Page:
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Wealth constraints, lobbying and the efficiency of public allocation

  • Esteban, Joan
  • Ray, Debraj

In Esteban and Ray (1999) we formalize a model in which individuals lobby before the government in order to benefit from some productivity enhancing government action (infrastructure, direct subsidies, permissions, in short). The government honestly tries to allocate these permissions to the agents that will make the best use of them, as revealed by the intensity of their lobbying. If the marginal cost of resources varies with wealth, the amount of information transmitted through lobbying will depend on the degree of inequality. In this paper, we summarize the main approach and examine the special case of equal wealth.

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Article provided by Elsevier in its journal European Economic Review.

Volume (Year): 44 (2000)
Issue (Month): 4-6 (May)
Pages: 694-705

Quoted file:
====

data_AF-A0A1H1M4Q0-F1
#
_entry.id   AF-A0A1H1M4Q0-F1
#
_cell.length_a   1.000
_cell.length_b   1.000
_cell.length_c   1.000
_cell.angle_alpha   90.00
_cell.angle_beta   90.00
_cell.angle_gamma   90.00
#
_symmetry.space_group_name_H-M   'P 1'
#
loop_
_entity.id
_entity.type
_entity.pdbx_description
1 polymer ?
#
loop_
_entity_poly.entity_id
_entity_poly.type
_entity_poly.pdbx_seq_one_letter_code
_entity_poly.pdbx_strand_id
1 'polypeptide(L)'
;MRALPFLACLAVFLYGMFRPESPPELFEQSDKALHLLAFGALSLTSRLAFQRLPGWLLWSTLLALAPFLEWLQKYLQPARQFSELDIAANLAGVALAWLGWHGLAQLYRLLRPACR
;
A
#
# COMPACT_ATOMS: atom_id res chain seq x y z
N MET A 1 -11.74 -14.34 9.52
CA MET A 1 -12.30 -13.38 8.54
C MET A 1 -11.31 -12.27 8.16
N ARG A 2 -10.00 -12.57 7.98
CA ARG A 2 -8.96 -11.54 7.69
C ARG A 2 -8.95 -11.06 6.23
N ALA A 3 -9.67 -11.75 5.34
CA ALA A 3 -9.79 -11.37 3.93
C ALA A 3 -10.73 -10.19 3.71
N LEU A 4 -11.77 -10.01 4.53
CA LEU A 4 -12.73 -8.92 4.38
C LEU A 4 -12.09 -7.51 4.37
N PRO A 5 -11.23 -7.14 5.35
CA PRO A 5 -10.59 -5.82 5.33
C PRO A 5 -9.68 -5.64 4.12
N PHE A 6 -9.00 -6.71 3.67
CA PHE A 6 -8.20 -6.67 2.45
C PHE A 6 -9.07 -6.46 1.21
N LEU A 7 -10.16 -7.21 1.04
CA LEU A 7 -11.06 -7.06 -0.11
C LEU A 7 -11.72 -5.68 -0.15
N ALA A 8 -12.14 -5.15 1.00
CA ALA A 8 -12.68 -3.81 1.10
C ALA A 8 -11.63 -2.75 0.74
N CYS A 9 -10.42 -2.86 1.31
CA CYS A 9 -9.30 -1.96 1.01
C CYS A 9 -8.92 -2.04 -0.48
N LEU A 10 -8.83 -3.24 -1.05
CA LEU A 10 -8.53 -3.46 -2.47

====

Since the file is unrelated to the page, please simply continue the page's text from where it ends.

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Handle: RePEc:eee:eecrev:v:44:y:2000:i:4-6:p:694-705
Contact details of provider: Web page: http://www.elsevier.com/locate/eer

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  7. In-Koo Cho & David M. Kreps, 1997. "Signaling Games and Stable Equilibria," Levine's Working Paper Archive 896, David K. Levine.
  8. Ray, Debraj & Streufert, Peter A, 1993. "Dynamic Equilibria with Unemployment Due to Undernourishment," Economic Theory, Springer;Society for the Advancement of Economic Theory (SAET), vol. 3(1), pages 61-85, January.
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  10. Aghion, Philippe & Bolton, Patrick, 1992. "Distribution and growth in models of imperfect capital markets," European Economic Review, Elsevier, vol. 36(2-3), pages 603-611, April.
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